More than 45,000 companies and 300,000 self-employed individuals post revenues of about $30 billion per year in the U.S. education and training services industry, according to Hoover's. The research firm estimates that the 50 largest companies in this labor-intensive and supercompetitive field garner 15 percent to 40 percent of the total revenue. While there are ample opportunities to carve a niche for yourself, like with any business, you must plan, strategize and execute with an obsession for perfection.
Conduct a feasibility study to evaluate the viability of your idea -- is there demand for a prep school (online or brick-and-mortar), tutorial service, private school, branded kindergarten franchise, e-learning institute, language school or vocational training institute? The study must contain your business model; target market in terms of student enrollment; input cost per student, including tutors and study material; education software and secure connectivity tools; information on competitors; and estimated fee, revenue and profit per student.
Expand your feasibility study and develop a business plan. If you cannot afford a private consultant, the U.S. Small Business Development Center provides this service free of cost. File legal, registration and tax documents. The sale of services, such as education, is taxable in some states. Contact your local secretary of state's office for details and regional application forms. A complete list of forms required to start a small business is available online for a fee from such providers as Hoover's.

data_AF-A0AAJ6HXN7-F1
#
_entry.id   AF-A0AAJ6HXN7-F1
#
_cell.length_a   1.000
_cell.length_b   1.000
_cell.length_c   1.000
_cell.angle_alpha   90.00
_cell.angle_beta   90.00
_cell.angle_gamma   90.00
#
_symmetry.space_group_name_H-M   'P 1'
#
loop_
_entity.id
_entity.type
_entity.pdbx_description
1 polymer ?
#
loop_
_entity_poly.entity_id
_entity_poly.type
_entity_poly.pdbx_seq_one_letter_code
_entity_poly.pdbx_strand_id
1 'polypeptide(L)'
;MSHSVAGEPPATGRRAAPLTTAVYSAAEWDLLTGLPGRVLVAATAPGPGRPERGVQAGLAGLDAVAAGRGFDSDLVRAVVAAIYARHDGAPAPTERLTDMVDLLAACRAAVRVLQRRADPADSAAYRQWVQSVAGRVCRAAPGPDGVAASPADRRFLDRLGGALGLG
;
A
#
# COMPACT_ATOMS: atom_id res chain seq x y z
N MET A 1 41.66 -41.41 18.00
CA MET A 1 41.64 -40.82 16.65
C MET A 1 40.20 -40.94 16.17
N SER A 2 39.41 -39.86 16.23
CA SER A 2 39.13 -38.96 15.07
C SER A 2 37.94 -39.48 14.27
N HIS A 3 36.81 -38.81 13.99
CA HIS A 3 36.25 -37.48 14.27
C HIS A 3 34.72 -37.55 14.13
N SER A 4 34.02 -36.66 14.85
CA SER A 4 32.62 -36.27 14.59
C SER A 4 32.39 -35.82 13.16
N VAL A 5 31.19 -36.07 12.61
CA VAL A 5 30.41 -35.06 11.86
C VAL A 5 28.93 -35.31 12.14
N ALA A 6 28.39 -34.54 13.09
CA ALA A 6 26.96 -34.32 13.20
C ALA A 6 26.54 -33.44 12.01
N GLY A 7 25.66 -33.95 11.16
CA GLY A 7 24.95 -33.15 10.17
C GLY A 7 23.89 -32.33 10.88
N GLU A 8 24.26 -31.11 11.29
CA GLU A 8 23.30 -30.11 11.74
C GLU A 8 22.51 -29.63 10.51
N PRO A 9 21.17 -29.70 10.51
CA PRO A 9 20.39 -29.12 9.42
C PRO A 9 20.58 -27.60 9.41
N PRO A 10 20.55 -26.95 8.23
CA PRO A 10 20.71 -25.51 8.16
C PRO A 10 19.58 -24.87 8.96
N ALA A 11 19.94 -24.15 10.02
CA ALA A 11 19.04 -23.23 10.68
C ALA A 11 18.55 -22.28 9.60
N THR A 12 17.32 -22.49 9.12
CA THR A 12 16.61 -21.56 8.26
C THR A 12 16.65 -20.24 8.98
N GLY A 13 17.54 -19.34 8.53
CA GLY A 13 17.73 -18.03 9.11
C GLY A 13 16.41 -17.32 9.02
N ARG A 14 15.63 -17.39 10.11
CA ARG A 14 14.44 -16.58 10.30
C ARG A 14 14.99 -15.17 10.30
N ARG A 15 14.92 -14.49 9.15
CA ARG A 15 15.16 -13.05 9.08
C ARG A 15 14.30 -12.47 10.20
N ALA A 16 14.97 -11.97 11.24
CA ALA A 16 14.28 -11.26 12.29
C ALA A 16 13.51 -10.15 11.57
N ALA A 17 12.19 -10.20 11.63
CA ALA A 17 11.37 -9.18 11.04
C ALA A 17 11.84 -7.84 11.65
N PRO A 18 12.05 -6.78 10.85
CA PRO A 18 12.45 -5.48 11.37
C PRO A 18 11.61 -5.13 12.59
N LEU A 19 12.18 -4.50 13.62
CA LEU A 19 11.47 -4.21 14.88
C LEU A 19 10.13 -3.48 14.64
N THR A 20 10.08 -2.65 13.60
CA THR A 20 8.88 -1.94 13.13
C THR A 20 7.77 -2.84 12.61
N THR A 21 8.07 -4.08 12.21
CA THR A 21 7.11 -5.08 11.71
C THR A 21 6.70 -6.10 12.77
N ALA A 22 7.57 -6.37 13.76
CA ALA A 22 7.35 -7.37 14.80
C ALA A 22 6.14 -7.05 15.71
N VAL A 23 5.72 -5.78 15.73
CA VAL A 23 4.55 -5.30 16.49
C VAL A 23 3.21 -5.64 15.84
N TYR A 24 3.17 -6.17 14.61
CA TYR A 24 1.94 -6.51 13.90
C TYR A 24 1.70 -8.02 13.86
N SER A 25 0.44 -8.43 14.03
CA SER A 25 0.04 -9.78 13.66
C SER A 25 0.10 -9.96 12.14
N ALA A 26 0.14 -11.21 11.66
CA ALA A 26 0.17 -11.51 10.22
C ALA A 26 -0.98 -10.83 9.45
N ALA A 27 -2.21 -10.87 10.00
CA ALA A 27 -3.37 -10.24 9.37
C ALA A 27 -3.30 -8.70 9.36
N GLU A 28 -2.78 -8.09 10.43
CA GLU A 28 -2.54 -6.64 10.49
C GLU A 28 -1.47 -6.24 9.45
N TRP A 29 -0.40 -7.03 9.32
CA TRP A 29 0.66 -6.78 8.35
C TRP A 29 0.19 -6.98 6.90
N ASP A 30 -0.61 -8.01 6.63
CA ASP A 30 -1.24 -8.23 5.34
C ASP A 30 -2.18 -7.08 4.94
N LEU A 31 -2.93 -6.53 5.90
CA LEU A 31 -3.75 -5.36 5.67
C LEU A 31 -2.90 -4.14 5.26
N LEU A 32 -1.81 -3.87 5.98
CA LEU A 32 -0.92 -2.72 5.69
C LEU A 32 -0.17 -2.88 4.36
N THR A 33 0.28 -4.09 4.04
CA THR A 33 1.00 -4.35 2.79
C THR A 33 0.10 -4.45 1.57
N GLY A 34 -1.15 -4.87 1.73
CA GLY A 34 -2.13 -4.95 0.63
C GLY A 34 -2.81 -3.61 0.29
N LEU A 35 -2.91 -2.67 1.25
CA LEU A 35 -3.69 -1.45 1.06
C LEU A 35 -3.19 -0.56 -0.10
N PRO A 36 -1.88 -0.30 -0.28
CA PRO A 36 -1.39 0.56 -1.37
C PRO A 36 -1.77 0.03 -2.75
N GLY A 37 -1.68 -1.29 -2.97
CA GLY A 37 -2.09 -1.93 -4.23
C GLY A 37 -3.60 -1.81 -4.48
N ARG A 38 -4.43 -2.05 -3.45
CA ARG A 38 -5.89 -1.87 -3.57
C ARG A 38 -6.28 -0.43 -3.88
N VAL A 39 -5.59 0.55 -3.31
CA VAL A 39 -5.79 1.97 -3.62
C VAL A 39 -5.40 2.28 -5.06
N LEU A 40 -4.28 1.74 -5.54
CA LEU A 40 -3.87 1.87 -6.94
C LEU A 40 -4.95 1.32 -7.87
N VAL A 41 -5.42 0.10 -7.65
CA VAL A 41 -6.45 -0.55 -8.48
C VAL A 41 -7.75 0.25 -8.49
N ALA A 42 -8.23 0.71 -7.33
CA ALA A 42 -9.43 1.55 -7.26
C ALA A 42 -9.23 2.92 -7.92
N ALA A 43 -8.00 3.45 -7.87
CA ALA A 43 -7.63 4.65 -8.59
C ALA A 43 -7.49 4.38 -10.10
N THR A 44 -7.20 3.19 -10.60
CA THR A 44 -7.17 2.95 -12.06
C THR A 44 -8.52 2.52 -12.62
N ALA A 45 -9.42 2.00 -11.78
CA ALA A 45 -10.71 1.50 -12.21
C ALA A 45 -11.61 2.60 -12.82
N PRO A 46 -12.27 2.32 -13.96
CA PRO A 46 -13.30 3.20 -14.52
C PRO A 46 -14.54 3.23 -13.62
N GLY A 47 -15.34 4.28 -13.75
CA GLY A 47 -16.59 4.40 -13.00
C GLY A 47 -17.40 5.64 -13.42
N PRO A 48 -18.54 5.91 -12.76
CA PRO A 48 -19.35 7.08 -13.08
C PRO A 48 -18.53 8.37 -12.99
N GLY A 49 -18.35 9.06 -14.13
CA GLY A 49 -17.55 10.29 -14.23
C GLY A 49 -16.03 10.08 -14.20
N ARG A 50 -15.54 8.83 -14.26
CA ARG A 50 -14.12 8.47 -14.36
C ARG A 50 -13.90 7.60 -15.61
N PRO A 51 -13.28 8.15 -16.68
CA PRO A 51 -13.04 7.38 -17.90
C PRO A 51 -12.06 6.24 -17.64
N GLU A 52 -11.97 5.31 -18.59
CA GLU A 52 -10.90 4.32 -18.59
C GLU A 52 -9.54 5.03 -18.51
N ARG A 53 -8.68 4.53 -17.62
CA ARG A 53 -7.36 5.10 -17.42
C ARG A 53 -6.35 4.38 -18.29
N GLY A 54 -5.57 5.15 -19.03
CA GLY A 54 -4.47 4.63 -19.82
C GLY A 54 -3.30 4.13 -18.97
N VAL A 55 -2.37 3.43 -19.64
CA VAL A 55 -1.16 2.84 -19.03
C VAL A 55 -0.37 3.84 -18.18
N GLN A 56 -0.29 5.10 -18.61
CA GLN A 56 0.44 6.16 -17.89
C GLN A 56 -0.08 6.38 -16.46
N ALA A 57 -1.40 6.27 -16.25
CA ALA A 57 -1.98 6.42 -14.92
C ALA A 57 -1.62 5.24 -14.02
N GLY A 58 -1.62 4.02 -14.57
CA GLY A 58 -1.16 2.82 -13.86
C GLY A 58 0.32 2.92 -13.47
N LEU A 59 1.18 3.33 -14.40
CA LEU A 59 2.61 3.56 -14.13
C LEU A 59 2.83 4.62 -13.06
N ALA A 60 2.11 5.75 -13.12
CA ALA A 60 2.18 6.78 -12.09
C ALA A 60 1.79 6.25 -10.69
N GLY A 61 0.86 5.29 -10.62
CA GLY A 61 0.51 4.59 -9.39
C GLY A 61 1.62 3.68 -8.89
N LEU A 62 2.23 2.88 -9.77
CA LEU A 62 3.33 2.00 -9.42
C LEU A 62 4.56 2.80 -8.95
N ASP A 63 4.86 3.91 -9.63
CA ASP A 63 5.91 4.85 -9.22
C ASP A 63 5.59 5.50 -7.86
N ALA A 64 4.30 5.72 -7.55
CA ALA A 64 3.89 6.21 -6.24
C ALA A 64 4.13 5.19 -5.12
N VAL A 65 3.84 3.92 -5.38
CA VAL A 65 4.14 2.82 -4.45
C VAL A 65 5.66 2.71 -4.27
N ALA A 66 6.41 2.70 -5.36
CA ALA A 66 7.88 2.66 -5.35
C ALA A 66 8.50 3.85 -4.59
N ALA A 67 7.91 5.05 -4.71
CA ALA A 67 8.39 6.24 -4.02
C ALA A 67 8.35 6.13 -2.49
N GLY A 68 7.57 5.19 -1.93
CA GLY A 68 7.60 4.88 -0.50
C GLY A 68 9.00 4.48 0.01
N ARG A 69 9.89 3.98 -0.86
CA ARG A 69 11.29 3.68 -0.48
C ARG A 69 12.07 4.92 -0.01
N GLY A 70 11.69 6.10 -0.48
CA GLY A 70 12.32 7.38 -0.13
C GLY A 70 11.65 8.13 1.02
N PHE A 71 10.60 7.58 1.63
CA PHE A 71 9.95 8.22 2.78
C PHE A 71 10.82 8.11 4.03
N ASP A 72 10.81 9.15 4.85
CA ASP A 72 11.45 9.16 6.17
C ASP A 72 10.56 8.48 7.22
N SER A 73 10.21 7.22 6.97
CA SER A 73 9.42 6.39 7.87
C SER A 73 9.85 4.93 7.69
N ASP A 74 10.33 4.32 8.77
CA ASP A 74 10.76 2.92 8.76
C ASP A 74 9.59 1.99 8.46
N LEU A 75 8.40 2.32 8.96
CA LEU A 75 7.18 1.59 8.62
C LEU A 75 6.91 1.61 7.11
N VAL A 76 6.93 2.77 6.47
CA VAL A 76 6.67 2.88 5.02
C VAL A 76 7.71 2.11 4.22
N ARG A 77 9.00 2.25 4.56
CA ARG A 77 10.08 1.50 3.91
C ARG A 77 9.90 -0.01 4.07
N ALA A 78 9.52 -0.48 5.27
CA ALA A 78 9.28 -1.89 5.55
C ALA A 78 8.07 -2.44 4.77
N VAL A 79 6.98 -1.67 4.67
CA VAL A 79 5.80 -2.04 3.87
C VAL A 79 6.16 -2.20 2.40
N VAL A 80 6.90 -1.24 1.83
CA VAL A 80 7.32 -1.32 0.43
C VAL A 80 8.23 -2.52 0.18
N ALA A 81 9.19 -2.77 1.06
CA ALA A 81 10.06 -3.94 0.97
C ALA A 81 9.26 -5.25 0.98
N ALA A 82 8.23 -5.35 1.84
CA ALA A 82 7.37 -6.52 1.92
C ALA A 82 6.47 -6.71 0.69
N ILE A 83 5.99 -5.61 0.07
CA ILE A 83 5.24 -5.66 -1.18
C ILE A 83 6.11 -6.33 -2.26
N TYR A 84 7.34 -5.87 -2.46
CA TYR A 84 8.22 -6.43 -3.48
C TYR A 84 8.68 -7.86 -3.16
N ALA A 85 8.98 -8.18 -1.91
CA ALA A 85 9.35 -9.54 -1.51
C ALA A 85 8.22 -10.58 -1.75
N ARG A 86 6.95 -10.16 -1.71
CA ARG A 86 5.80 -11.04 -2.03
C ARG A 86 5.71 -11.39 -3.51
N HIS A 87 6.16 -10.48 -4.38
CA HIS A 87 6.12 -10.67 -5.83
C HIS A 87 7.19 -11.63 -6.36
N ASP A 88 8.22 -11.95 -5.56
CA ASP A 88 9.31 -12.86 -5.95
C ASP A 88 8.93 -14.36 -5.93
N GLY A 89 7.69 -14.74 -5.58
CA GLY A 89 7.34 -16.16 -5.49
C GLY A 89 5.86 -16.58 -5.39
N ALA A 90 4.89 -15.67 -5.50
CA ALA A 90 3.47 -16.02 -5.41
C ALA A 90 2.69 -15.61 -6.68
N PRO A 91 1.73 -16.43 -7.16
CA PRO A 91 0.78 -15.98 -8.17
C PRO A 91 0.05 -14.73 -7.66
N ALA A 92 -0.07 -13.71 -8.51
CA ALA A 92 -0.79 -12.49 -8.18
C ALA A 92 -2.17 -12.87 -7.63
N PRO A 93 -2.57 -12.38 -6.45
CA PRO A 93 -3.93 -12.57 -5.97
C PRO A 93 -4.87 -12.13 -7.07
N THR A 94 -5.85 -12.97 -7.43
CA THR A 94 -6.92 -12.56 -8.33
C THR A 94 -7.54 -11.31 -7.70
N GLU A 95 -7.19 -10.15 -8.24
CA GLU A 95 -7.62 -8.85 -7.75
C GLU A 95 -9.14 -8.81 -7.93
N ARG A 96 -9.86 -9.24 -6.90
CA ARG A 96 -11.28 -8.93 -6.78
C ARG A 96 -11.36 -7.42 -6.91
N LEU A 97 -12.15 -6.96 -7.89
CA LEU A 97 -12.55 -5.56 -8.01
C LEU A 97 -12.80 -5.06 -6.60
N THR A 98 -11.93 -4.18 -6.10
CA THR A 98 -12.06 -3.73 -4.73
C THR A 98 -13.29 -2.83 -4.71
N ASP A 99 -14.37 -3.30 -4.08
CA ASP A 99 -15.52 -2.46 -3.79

Register with the U.S. Department of Labor if your firm has employees and obtain an employer identification number from the Internal Revenue Service. If you are the sole provider, your Social Security number should suffice. Occupational licenses are required for teachers and child-care operators. For details, contact the U.S. Department of Education. Refer to the "Guides for Private Vocational and Distance Education Schools" from the Federal Trade Commission Web site about accreditation and approval criteria for your education service.
Obtain compliance under the Children's Online Privacy Protection Act if you operate a commercial Web site or online service targeting children under 13 that collects personal information from them/about them.
Pitch your business plan to venture capitalists or private-equity investors that specialize in funding education businesses. These include Sequoia Capital, Matrix Partners, Intel Capital and Benchmark Capital. Your education startup is exempt from registration with the Securities and Exchange Commission if you privately raise funds. You also are exempt if you intend to raise public funds not exceeding $5 million in a one-year period.
Lease/purchase office space. Enter into contracts with vendors. Recruit a high-performance team that includes a lawyer, an accountant, IT and marketing professionals, and administrative staff. Hire curriculum developers and tutors with a proven track record of success. Develop solid evaluation techniques to measure teaching effectiveness on a regular basis. If you do not own the tutorial content, you must enter into a licensing agreement for the transfer of intellectual property from an educational institution.
Sujata Srinivasan is a Connecticut-based freelance business journalist with over 10 years of reporting and editing experience. Key positions held include: Editor of Connecticut Business Magazine, Senior Financial Editor at Ness Technologies, and Correspondent and Interim Bureau Chief at CNBC-TV 18. She has a bachelor's degree in Business Management, a post-graduate diploma (hons) in journalism, and an M.A. in Economics.